13 March 2015

Solo 1/600 Jet Combat: Initiative

Here's Post #2 in a series that introduces my home-brew jet combat tabletop game, designed for solo-play.  The posts will unfortunately come in slowly due to my work commitments.

Airspeed and Altitude:

Altitude and Airspeed are abstracted in OSAAF to ranges from 0 to 9.  As shown in the pictures from this old post, I use home-made polymer cubes to record the current Altitude and Airspeed of each aircraft.  Any aircraft with an Altitude of 0 has crashed and is destroyed; therefore the red cube represents Altitude.  Although the numbers are abstract, I imagine about a speed of 6 represents Mach 1.  Good starting speeds and altitudes are 3 and 3.


After initial set-up is complete and the opposing jets are on the board with Altitude and Airspeed set, it's time to play.  Since it's a solo-game, the very first thing to accomplish on every turn is determining the order of decision-making.  This is not however the order of decision-execution (i.e. moving/shooting), just the order of making certain energy management decisions (how hard will I bank, do I care more about speed or nose-pointing accuracy, etc.)

The aircraft cards I introduced last post were designed to be drawn as chits for initiative.  During play test however I've found simply rolling to determine order works fine.

Once the order is established randomly, then the energy management decisions are made.  It's a simple process but it's the core of the game and I haven't had my coffee yet… so that's for next post.

07 March 2015

Solo Jet 1/600 Wargame: Our Space Age Air Force

A while ago I promised Chris over at Just Another Wargames Blog that I'd share my home-brew rules for solo 1/600 scale jet combat.

Unlike most of my rules, this home-brew system exists not as a nice downloadable document but resides only as scribblings in my notebook.  And also uncharacteristic of my rules, this set really works!  At least for me that is; I've had a lot of fun over my three or four play test experiences.

So eventually I'll write up the game in document, but until then I'll use this blog to introduce pieces at a time.

OUR SPACE AGE AIR FORCE (Solo Wargame for 1/600 scale Jet Combat) Post 1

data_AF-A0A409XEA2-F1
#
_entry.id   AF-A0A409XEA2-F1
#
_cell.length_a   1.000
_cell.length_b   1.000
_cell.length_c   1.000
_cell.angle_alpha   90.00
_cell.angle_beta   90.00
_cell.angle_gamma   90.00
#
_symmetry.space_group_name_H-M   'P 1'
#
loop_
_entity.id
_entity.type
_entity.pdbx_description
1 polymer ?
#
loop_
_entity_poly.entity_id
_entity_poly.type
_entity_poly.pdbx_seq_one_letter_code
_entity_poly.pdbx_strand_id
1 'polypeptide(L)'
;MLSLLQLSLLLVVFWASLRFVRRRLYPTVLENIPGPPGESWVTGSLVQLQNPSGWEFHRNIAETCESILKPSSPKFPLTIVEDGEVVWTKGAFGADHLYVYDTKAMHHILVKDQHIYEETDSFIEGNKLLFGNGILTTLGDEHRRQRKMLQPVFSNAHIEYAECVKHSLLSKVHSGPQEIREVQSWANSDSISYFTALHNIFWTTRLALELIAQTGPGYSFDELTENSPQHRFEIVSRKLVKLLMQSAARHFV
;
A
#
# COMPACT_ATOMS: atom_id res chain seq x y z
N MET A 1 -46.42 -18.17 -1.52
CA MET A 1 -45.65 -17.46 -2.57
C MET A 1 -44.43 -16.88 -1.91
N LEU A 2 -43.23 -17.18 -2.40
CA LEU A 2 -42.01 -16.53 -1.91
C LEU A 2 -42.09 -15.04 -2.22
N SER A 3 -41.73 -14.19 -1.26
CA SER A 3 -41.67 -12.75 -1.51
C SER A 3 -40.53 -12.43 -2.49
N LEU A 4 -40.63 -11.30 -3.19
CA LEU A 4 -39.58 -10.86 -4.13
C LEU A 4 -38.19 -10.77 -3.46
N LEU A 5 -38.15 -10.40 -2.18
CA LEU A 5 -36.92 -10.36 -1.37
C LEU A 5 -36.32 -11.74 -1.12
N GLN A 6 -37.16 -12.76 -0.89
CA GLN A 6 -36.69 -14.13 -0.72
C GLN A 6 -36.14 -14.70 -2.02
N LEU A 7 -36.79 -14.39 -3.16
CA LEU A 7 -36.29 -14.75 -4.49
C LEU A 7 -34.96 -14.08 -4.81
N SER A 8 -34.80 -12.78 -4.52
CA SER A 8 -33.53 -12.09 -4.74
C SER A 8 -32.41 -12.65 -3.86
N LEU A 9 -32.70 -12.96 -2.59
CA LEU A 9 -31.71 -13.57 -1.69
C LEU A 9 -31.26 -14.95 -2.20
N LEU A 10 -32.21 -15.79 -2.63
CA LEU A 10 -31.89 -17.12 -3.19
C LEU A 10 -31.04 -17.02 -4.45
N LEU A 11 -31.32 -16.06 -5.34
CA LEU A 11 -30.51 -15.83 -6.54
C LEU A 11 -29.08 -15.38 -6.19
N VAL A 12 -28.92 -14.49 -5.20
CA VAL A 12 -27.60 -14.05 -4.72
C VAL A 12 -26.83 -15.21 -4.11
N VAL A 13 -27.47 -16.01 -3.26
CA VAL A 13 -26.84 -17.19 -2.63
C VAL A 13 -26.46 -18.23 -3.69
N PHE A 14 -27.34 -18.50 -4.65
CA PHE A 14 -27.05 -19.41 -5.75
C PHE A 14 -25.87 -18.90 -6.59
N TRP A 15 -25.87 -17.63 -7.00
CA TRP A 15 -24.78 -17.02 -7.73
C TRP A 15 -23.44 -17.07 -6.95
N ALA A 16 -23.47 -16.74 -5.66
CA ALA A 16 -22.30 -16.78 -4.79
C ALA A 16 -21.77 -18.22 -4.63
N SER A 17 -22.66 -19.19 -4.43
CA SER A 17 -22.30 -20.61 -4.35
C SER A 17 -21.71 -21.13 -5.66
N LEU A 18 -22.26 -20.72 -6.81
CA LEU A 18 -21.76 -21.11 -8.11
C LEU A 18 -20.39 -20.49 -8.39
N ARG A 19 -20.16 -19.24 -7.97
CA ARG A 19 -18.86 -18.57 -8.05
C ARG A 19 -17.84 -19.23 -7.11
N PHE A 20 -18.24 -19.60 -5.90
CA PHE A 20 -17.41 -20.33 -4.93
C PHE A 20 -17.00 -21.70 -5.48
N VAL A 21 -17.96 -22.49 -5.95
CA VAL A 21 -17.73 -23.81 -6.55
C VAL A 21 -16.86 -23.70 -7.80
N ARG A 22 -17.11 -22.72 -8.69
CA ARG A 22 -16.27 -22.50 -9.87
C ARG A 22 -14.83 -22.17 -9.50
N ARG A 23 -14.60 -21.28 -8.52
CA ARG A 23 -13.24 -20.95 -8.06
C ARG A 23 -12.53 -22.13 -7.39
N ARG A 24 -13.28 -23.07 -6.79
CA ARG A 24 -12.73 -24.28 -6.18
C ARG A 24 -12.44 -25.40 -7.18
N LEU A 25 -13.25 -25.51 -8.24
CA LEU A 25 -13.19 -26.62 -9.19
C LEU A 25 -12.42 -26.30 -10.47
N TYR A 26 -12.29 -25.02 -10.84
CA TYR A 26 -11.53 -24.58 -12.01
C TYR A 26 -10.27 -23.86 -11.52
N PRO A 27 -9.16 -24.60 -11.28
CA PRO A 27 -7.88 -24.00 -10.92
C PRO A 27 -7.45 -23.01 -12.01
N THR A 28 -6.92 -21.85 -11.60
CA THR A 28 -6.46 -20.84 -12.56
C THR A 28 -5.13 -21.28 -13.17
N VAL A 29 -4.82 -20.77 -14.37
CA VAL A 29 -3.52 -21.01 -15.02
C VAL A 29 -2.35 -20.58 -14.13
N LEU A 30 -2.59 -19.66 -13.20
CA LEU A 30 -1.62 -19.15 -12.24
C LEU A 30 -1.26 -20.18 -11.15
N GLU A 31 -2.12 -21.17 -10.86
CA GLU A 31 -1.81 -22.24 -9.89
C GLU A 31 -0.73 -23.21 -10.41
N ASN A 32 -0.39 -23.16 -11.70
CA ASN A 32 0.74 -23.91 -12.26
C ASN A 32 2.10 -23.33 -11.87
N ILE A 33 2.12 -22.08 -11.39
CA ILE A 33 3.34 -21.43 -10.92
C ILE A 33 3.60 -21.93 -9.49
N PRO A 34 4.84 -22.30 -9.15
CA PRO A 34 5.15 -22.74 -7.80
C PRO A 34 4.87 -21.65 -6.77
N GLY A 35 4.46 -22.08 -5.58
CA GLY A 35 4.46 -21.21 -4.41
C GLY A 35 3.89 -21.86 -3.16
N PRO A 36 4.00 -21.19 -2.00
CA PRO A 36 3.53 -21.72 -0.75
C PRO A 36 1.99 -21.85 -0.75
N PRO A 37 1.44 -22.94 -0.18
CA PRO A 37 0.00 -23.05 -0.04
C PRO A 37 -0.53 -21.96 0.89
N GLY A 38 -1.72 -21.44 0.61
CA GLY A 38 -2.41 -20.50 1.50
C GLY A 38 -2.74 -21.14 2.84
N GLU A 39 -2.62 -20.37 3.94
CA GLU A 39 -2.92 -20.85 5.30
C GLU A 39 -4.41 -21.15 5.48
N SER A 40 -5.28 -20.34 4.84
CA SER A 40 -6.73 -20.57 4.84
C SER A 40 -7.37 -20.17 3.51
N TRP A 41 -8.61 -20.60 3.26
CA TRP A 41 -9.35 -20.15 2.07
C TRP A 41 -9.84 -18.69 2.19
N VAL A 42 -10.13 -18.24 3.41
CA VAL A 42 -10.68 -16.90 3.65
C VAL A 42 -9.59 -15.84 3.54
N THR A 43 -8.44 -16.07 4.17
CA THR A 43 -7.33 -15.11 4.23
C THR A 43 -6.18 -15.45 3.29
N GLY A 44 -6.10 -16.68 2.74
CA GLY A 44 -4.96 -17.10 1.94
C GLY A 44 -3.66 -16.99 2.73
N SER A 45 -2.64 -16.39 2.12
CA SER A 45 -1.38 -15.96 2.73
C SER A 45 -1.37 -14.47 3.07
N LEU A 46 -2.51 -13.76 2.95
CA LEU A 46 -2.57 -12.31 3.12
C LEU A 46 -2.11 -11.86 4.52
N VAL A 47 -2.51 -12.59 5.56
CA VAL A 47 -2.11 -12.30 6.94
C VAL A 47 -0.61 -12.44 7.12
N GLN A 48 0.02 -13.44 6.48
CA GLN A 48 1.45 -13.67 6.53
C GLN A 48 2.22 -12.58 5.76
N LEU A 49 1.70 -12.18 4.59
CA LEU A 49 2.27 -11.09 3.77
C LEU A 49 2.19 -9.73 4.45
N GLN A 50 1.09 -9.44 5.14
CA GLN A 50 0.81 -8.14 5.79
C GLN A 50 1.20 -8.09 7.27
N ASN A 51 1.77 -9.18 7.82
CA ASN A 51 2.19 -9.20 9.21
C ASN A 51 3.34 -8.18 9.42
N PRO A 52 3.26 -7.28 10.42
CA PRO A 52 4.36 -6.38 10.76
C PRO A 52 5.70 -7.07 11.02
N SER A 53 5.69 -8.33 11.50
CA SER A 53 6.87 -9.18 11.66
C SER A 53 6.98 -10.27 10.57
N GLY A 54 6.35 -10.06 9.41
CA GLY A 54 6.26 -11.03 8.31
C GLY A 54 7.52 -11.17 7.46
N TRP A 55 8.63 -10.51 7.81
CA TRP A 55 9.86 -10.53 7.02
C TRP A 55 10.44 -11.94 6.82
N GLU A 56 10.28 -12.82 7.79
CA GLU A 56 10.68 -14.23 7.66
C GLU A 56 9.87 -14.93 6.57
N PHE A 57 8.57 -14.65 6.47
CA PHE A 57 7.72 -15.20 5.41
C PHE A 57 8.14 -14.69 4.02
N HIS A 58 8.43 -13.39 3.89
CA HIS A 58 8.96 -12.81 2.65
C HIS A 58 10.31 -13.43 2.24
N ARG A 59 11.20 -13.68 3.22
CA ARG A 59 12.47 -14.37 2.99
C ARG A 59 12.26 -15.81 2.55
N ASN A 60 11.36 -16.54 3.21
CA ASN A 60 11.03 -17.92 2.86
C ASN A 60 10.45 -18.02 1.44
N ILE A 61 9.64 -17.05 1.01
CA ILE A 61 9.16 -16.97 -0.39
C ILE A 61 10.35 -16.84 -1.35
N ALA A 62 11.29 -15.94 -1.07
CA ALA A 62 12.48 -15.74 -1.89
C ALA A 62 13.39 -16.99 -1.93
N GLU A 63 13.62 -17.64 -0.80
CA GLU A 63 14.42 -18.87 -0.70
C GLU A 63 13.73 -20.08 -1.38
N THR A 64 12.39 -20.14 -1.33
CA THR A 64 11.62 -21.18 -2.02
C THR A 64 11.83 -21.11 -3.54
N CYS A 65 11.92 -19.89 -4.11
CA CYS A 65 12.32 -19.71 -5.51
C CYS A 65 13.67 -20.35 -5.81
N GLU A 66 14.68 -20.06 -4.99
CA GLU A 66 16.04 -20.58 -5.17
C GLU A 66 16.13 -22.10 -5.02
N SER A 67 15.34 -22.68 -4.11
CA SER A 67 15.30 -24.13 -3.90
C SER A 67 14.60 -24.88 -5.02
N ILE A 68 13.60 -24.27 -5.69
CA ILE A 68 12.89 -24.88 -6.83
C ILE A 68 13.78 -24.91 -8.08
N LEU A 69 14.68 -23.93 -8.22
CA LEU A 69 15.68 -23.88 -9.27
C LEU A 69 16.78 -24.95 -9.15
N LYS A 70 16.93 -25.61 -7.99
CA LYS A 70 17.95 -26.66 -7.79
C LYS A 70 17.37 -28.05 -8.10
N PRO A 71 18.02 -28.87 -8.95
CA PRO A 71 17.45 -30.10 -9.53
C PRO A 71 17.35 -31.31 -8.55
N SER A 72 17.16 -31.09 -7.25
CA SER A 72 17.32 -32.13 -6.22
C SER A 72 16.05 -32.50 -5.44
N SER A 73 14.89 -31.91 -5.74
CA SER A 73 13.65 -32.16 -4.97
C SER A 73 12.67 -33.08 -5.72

Materials needed:

  • 1/600 (or other scale) jet miniatures
  • A minimum of 5 six-sided dice
  • A hex mat
  • Aircraft notecards (one per aircraft, details below)
  • Markers for Altitude and Airspeed (I use small polymer clay cubes)

Aircraft Characteristics:

Aircraft designs in Our Space Age Air Force (OSAAF) have only a small number of characteristics.  In addition to Fuel Capacity and weapons load-out, each design features only three other "game mechanic" characteristics: Energy Factor, Maneuverability, and Maximum Speed.

-Energy Factor: Arguably the most important important characteristic is an aircraft design's ability to gain and keep specific excess energy (called Ps "pee sub-ess").  Energy factor is driven not only by engine design, but the overall aerodynamics of the fighter as well.  Five Energy Factor classes exist, in ascending order from 1 (the best) to 5 (the worst).

-Maneuverability: Three Maneuverability classes exist in OSAAF: Low, Medium, and High.  The majority of all fighter aircraft are Medium with only rare examples in the Low and High classes.

-Maximum Speed: Maximum Speed is the highest level flight speed in hexes per turn that a given design may attain.

-Fuel Capacity: Indicates the game turn on which the aircraft must exit the table on a friendly edge or be considered lost.  Fuel Capacity can decrease with afterburner use and is adjusted for all aircraft (non-afterburning and afterburning) with a dice roll for extra drama.

-Weapons Load-out: Indicates not only the type of weapons available, but the number of individual attack rolls that may be made for each type.

Aircraft Notecards:

Each aircraft requires some sort of notecard to record not only the above characteristics, but turn-by-turn decisions.  The pictures below illustrate the cards I use.  Initially these were intended as chits for random Initiative draw, but play test soon revealed that a simple dice roll would suffice for order determination.

The above card shows the SU-9 has an Energy Factor of 4 (circled first number), Medium Maneuverability, and a Maximum Speed of 8 hexes.  It also carries four semi-active radar homing missiles, but no gun.  Next to its Fuel Capacity number it has a number of blank boxes, indicating it has afterburner capability.

The French Mystere above has a similar Energy Factor and Maneuverability, but is slower and lacks afterburner.  While this particular version carries no missiles, it does feature air-to-air rockets.

Note the Fuel Capacity numbers on both cards.  Playtesting revealed these numbers are way too low and I've since doubled their values (not shown here).  Also note the "plus sign" next to the number, which reminds the solo player to roll an additional 2d6 during set-up increasing the fuel further.

The right sides of the above cards feature action tracks.  This is the topic of the next post, where I'll get into actually playing the game.